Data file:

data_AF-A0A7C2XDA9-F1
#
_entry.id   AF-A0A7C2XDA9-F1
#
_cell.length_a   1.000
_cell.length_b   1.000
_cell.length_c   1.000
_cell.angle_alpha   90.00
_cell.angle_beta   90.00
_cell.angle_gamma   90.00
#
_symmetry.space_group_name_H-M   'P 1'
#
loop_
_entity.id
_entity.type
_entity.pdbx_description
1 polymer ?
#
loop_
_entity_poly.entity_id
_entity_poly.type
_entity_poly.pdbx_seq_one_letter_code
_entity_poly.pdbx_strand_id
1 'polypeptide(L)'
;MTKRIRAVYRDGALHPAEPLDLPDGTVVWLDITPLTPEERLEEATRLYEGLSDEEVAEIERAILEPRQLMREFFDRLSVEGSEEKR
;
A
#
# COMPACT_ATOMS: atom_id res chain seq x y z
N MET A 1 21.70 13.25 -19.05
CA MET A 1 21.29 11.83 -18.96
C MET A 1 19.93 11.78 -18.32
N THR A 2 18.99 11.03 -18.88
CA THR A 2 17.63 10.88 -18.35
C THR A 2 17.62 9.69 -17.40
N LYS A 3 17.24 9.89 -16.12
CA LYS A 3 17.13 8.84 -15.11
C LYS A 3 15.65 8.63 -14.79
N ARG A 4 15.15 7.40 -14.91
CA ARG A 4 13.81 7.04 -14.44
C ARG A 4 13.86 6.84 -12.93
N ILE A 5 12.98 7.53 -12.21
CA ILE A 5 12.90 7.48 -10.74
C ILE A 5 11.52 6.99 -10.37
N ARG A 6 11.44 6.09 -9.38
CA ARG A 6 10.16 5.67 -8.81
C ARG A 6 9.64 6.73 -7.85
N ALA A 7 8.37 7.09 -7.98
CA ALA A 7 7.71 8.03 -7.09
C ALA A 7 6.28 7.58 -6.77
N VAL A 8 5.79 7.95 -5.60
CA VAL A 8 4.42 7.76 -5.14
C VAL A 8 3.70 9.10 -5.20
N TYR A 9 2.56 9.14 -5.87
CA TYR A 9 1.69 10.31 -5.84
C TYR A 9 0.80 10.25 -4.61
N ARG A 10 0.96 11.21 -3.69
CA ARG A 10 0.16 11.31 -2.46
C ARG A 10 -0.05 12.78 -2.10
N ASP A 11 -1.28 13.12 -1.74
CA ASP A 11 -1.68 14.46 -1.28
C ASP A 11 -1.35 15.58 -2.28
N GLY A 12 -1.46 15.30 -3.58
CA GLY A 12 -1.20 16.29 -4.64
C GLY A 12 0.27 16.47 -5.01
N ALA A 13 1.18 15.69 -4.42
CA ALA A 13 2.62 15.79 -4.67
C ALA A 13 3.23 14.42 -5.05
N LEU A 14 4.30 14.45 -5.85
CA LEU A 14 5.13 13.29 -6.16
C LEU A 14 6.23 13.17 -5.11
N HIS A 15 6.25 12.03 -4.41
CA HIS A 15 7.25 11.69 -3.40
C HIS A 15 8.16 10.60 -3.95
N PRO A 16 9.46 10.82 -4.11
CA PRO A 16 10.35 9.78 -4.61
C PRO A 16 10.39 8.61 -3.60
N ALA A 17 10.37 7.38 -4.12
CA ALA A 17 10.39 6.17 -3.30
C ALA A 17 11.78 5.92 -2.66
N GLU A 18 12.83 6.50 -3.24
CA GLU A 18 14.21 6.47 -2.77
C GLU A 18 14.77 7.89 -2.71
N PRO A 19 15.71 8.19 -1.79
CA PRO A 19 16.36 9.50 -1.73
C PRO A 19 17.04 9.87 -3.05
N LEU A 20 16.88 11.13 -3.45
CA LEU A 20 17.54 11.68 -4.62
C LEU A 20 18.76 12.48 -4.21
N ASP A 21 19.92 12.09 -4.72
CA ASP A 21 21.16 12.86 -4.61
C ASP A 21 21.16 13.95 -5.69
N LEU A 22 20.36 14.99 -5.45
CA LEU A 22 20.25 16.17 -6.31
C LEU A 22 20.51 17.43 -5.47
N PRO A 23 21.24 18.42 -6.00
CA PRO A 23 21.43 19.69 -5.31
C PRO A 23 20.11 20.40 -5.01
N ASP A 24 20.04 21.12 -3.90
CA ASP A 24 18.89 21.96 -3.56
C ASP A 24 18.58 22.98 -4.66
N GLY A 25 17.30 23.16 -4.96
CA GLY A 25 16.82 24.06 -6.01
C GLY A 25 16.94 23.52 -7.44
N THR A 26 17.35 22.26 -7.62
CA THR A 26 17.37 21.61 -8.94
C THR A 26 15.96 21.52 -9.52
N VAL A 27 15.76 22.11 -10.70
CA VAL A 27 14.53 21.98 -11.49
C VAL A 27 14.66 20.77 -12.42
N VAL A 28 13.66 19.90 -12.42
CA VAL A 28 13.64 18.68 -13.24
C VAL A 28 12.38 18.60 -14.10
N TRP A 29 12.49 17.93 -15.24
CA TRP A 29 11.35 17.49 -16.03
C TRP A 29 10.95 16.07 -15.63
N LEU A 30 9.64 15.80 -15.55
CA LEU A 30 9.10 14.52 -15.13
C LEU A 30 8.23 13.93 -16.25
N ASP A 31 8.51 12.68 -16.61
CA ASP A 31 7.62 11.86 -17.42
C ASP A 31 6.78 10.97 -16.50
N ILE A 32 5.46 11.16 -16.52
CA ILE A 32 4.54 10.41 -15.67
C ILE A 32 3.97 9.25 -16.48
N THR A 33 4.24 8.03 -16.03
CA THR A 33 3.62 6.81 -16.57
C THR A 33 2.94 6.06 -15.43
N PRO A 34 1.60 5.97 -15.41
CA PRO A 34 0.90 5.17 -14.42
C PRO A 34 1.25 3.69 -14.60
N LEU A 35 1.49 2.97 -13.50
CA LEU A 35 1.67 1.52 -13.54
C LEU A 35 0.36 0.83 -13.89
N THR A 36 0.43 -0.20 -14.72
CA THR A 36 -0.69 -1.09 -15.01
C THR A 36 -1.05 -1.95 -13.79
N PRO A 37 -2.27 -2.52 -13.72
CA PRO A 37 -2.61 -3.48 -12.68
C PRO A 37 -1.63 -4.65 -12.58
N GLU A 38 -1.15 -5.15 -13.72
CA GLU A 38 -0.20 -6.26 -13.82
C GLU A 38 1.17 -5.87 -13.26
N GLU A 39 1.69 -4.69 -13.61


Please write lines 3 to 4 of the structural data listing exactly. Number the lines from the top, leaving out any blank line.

_entry.id   AF-A0A7C2XDA9-F1
#